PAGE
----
TEXAS BOARD OF NURSING
Receipt of Initial Complaint Letter
The Texas Board of Nursing (BON) is a complaint-driven agency. The Board receives complaints concerning nurse licensees and nursing practice from a number of sources, including employers, other nurses, and numerous state and Federal agencies. The Board also opens their own investigations in certain circumstances. For example, Registered Nurses (RN) and Licensed Vocational Nurses (LVN) currently must submit fingerprints with their application for renewal. The resulting background checks often uncover unreported criminal history, prompting Board staff to open their own investigations. Sometimes a review of a medical record in another matter being investigated will prompt the Texas Nursing Board Staff to initiate a letter of complaint.
After a complaint is received, Board staff will prioritize the complaints based on the seriousness of the offense and the potential danger the nurse poses. Priority 1 cases usually have credible evidence of convictions for serious crimes, or credible evidence of a violation of the Nursing Practice Act (Act) that shows deception, fraud, or injury to clients or the public (see Board Rule §213.13(c)).
Board staff must also set a timeline for the investigation that is not to exceed one year, and complaints extending beyond the timeline must be summarized to the Executive Director (see Board Rule §213.13(d)). Based on our experience as Texas professional nursing license defense attorneys, it is very common for Board staff to receive dispensation that would allow them to extend the investigation. We have had many investigations that have eclipsed the one year mark, and a few that have doubled or tripled that timeline. There is a recent trend of these matters being resolved more expediently, perhaps due to an influx of new staff positions.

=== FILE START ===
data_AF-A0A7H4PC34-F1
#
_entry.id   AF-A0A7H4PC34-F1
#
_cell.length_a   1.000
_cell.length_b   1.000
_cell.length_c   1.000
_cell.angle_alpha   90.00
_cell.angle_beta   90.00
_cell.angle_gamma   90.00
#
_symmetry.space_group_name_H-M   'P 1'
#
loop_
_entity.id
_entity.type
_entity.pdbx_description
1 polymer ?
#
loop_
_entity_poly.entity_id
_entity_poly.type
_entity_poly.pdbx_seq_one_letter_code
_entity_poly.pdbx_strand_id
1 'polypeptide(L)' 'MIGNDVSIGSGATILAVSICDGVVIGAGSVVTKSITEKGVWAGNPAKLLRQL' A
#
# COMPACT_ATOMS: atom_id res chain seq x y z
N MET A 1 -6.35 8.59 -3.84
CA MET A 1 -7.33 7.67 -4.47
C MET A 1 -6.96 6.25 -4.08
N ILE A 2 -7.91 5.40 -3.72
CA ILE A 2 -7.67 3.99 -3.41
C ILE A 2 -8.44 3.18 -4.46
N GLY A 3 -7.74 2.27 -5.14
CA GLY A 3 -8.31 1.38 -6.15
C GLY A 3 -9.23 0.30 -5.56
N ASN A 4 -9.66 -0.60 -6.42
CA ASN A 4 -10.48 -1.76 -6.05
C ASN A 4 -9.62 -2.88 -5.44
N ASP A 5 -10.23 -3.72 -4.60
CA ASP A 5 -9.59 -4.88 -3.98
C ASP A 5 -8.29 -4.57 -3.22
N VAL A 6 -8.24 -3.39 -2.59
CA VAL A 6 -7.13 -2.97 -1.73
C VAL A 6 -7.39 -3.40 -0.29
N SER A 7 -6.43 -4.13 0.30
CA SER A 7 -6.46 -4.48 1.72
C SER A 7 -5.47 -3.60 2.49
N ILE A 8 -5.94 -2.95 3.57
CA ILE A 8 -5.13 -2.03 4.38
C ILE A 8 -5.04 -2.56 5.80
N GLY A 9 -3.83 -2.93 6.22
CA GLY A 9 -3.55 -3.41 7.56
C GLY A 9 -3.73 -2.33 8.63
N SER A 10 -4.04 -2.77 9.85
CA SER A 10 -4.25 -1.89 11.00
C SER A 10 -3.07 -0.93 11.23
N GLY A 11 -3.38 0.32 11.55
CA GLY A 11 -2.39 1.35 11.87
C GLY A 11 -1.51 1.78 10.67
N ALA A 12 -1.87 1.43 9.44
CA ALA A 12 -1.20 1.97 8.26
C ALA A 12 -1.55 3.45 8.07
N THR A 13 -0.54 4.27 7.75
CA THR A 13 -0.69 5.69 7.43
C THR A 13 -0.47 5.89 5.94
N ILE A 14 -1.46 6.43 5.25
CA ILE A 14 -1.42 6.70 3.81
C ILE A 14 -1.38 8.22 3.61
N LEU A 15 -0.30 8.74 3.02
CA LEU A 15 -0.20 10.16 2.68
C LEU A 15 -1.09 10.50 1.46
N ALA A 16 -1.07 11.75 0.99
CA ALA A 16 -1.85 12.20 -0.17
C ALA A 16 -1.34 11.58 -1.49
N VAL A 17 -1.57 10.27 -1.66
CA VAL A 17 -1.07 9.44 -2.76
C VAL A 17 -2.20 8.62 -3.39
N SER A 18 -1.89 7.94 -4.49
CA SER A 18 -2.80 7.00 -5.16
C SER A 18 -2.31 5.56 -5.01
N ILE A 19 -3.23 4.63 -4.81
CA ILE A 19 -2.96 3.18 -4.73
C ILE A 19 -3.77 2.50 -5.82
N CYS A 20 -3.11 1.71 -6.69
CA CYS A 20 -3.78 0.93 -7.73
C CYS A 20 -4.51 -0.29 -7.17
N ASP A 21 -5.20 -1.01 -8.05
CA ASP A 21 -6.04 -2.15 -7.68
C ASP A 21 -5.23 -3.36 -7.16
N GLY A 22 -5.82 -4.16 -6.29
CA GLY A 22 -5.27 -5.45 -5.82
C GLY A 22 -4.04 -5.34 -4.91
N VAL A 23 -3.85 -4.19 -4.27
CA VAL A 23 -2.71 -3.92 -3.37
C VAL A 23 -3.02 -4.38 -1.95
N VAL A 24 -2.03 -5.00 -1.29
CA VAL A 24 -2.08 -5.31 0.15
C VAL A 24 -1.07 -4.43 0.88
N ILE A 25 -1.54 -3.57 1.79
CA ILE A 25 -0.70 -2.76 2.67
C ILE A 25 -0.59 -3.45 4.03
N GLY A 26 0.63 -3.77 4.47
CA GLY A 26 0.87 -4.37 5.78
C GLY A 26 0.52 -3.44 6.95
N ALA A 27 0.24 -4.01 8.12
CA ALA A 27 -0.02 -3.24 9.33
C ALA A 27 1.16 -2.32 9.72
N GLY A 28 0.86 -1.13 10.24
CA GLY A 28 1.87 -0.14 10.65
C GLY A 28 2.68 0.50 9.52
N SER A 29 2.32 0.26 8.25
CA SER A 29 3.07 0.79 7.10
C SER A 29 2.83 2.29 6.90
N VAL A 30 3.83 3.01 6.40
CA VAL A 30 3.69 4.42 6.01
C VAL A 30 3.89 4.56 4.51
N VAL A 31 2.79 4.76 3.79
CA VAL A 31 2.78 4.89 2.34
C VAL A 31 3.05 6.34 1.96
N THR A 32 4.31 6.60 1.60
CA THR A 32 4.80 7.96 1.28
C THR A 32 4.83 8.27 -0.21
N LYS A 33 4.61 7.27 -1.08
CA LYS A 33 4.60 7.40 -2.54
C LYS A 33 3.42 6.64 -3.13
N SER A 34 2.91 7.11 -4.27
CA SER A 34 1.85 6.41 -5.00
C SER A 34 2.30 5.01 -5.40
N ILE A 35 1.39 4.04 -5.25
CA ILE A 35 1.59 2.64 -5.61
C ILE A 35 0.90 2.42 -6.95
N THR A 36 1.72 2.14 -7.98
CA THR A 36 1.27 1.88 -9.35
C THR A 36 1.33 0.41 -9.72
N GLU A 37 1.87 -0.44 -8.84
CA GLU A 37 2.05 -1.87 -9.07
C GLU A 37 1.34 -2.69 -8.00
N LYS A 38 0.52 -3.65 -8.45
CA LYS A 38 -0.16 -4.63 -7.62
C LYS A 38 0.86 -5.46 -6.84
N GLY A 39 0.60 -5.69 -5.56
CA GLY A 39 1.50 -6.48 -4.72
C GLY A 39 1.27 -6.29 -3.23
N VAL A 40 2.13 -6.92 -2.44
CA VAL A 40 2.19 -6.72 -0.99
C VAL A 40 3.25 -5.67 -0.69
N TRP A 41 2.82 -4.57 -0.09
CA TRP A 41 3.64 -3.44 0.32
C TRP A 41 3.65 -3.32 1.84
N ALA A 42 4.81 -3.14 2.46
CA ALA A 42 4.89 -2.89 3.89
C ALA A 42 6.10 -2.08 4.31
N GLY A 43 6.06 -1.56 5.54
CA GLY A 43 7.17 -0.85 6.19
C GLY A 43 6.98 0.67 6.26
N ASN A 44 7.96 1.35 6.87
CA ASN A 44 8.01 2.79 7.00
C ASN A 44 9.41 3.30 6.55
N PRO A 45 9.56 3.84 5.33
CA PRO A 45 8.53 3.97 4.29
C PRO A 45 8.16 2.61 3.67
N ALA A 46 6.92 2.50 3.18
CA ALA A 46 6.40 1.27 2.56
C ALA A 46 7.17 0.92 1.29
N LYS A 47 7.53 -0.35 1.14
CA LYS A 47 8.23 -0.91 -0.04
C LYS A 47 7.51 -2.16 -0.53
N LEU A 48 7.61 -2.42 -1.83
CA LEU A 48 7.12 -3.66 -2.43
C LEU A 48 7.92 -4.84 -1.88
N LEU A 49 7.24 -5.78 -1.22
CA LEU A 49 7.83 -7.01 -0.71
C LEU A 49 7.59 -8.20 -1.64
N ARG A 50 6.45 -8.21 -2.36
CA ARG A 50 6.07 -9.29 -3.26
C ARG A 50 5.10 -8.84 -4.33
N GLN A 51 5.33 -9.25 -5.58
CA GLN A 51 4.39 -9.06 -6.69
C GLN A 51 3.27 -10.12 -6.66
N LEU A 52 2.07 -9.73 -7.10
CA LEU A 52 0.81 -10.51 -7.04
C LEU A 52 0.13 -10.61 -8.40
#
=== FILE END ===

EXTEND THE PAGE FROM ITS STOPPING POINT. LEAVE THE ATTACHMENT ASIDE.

After the Texas Board receives a complaint against a licensee, the first contact the licensee receives from the Board (whether they are an RN, LVN, CRNA, or APN) is a letter of investigation. (It should be noted that there are circumstances where the licensee will not receive a letter. If the investigation is in anticipation of a Temporary Suspension Hearing, or if the licensee’s knowledge of the investigation will jeopardize the investigation, no such notification will be provided by the Board. (see Board Rule §213.14(a)) This letter will state that the Board has received information that the licensee has violated of the Act, and will provide a (typically) vague statement of the facts constituting this violation (see Board Rule §213.14(b)). The licensee is instructed to file a written response to the allegations with the BON within 20 days of service, and complete the enclosed Statistical Data Questionnaire.
The allegations contained in the letter may seem jarring to the licensee. They may allege actions that are simply not true, and not close to the truth. The allegations may betray leaps of logic that, for example, equate one alcohol related arrest with an alleged substance abuse problem. This is common. When these letters are sent out, the investigator has likely not yet completed their investigation. Therefore, the statement of facts and related allegations will come at face value from the complaint and whatever evidence Staff of the Texas Board of nursing and its enforcement department have collected.
Contact An Attorney
Upon receiving a letter of investigation from the Board of Nursing, it is very wise to hire an experienced administrative law attorney to craft a response, and handle your case going forward. At the very least, you should contact a Texas Nursing License defense attorney experienced with the Texas State Board of Nursing to evaluate your options going forward. Often the licensee’s first response to the Board’s allegations will make a strong impression on how the case goes going forward. For more information or assistance with your case, contact the Leichter Law Office at 512-495-9995 today.